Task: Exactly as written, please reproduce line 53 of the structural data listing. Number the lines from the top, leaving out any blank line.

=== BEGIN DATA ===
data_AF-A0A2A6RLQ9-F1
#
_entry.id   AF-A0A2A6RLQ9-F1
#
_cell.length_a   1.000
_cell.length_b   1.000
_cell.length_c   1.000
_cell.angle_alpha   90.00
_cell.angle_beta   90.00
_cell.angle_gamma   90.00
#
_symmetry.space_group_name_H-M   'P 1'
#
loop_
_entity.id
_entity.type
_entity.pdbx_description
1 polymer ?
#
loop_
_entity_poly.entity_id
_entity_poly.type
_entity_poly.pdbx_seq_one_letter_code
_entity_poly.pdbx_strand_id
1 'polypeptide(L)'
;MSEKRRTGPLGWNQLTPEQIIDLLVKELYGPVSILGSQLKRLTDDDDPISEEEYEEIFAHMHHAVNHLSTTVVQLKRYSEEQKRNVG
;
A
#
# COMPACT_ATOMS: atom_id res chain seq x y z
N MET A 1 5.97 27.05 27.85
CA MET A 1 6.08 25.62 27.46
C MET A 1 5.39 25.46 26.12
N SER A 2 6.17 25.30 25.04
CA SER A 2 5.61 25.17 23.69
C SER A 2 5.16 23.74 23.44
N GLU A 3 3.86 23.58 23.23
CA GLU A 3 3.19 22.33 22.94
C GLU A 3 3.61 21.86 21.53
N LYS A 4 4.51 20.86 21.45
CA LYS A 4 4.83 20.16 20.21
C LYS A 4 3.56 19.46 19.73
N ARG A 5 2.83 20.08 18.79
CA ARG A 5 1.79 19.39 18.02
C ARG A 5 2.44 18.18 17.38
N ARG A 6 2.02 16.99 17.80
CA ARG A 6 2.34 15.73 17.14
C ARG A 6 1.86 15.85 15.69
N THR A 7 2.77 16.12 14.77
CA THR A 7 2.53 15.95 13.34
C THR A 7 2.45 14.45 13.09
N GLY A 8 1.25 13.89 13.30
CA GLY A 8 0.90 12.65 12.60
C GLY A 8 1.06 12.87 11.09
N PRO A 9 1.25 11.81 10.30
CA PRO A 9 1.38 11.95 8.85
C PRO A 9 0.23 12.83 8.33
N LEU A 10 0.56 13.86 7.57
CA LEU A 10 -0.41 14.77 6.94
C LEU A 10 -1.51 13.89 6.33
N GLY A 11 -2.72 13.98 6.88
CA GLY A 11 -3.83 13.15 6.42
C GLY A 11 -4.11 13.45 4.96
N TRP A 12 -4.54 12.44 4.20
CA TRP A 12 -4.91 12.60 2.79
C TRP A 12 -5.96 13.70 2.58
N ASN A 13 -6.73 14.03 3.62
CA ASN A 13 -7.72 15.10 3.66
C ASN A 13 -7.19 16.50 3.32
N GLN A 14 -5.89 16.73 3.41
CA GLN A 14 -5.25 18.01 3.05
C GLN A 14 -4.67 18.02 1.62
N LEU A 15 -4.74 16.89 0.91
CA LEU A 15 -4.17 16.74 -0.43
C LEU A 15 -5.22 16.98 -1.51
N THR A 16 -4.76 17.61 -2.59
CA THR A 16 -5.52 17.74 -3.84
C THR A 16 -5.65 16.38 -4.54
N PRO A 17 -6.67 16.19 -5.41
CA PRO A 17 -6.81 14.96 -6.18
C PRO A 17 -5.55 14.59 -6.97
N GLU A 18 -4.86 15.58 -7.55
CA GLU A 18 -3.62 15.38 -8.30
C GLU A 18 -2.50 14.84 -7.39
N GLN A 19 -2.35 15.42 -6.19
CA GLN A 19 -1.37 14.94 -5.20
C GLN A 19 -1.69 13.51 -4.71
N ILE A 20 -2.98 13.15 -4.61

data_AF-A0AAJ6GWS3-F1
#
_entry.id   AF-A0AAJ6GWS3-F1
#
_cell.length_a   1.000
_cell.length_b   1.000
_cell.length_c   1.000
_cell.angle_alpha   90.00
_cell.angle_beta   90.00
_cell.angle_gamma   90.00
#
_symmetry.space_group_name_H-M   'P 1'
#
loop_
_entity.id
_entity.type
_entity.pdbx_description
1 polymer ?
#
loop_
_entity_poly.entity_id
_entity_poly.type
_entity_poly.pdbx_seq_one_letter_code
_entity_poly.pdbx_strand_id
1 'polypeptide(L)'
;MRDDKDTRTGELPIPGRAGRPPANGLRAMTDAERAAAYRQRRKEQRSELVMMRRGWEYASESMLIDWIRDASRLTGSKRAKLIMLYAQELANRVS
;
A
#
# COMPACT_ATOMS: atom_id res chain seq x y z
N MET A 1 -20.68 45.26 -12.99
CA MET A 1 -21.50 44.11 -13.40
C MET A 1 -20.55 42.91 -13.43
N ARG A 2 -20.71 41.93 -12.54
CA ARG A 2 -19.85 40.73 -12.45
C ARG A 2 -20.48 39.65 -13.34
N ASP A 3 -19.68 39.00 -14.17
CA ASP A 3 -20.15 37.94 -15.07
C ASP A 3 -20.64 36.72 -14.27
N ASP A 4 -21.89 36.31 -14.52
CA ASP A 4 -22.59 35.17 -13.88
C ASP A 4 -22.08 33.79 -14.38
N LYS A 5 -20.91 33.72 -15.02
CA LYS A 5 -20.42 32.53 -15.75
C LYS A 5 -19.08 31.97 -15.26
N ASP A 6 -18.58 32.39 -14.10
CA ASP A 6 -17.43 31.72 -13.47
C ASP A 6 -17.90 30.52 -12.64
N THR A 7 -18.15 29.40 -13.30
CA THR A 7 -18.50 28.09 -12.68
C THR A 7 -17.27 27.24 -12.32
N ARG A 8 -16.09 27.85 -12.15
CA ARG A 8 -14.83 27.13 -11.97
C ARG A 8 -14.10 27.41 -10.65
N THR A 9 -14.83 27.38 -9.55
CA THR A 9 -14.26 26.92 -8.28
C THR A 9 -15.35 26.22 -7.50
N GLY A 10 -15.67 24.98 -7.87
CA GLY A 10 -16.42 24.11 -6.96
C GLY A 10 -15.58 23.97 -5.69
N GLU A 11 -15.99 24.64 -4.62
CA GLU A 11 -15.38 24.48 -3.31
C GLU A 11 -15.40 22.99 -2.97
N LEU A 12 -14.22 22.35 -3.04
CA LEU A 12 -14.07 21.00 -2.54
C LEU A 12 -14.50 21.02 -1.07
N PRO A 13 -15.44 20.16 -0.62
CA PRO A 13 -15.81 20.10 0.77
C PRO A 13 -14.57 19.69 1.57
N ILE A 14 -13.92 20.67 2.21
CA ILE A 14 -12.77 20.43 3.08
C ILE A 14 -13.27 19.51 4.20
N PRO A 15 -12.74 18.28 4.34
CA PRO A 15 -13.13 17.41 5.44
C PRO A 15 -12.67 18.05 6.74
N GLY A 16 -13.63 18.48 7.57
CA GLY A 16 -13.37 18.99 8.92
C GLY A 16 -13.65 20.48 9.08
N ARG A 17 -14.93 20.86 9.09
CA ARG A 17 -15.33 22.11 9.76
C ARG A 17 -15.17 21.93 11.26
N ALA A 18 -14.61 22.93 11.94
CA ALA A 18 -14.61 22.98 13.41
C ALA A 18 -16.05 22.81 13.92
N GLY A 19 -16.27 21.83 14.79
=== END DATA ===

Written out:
CA GLY A 8 0.90 12.65 12.60